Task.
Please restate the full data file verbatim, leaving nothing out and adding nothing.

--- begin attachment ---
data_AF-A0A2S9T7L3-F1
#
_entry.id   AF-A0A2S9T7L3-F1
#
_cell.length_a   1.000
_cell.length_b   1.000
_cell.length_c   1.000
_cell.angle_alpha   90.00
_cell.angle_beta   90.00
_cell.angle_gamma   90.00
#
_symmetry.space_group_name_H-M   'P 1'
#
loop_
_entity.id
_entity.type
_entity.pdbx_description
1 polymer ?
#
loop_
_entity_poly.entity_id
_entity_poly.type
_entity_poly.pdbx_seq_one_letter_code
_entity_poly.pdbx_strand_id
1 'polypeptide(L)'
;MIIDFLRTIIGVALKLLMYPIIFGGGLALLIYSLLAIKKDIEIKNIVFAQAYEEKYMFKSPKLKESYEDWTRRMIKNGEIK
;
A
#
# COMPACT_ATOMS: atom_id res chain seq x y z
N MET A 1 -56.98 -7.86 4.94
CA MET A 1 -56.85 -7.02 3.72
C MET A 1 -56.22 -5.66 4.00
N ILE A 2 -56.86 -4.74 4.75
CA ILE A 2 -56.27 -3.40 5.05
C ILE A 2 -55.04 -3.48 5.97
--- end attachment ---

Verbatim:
data_AF-A0A2S9T7L3-F1
#
_entry.id   AF-A0A2S9T7L3-F1
#
_cell.length_a   1.000
_cell.length_b   1.000
_cell.length_c   1.000
_cell.angle_alpha   90.00
_cell.angle_beta   90.00
_cell.angle_gamma   90.00
#
_symmetry.space_group_name_H-M   'P 1'
#
loop_
_entity.id
_entity.type
_entity.pdbx_description
1 polymer ?
#
loop_
_entity_poly.entity_id
_entity_poly.type
_entity_poly.pdbx_seq_one_letter_code
_entity_poly.pdbx_strand_id
1 'polypeptide(L)'
;MIIDFLRTIIGVALKLLMYPIIFGGGLALLIYSLLAIKKDIEIKNIVFAQAYEEKYMFKSPKLKESYEDWTRRMIKNGEIK
;
A
#
# COMPACT_ATOMS: atom_id res chain seq x y z
N MET A 1 -56.98 -7.86 4.94
CA MET A 1 -56.85 -7.02 3.72
C MET A 1 -56.22 -5.66 4.00
N ILE A 2 -56.86 -4.74 4.75
CA ILE A 2 -56.27 -3.40 5.05
C ILE A 2 -55.04 -3.48 5.97